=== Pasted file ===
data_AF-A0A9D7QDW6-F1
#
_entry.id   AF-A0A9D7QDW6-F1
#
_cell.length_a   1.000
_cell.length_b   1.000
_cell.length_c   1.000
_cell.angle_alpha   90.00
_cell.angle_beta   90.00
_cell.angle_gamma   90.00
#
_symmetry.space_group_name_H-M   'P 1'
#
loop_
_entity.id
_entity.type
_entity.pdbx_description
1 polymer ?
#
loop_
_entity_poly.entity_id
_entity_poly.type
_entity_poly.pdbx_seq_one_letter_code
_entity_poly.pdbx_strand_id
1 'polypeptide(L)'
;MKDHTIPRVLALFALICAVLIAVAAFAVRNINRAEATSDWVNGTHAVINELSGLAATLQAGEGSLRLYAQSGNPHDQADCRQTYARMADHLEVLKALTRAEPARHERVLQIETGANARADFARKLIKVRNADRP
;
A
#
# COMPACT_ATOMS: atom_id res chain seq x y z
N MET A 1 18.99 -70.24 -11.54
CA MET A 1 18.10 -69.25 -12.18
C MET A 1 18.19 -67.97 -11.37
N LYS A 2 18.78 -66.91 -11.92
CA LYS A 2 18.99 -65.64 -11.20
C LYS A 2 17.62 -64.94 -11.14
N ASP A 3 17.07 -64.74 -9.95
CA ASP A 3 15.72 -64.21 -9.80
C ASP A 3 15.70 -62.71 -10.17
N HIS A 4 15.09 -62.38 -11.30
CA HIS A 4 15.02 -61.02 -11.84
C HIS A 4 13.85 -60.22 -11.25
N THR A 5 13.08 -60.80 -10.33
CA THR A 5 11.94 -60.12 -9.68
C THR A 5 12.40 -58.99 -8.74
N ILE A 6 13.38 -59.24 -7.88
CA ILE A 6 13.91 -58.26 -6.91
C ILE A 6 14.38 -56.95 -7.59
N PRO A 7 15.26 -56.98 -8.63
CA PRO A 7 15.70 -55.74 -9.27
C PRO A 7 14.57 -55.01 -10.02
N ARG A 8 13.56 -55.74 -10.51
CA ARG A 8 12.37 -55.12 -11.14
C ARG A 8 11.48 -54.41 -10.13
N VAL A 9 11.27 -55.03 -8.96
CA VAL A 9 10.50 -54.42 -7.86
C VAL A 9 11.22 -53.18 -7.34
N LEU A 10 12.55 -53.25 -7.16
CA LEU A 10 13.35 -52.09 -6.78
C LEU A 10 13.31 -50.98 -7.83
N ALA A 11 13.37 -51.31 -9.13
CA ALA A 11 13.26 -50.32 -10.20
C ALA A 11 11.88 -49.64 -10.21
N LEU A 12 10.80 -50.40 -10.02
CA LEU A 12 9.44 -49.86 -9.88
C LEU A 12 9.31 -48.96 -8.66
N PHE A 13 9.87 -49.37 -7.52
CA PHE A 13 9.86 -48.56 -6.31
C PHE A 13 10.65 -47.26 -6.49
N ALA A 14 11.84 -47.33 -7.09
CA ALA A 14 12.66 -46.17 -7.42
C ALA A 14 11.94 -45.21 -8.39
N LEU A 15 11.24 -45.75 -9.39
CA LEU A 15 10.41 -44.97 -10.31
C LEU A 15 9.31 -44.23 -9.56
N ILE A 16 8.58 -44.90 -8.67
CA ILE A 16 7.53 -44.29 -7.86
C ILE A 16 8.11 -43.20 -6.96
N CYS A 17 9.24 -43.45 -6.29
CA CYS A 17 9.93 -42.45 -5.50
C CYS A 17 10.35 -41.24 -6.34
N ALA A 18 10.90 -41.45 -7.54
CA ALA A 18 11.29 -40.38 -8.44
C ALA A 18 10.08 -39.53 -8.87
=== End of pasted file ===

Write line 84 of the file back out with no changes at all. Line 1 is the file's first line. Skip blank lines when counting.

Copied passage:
C ALA A 18 10.08 -39.53 -8.87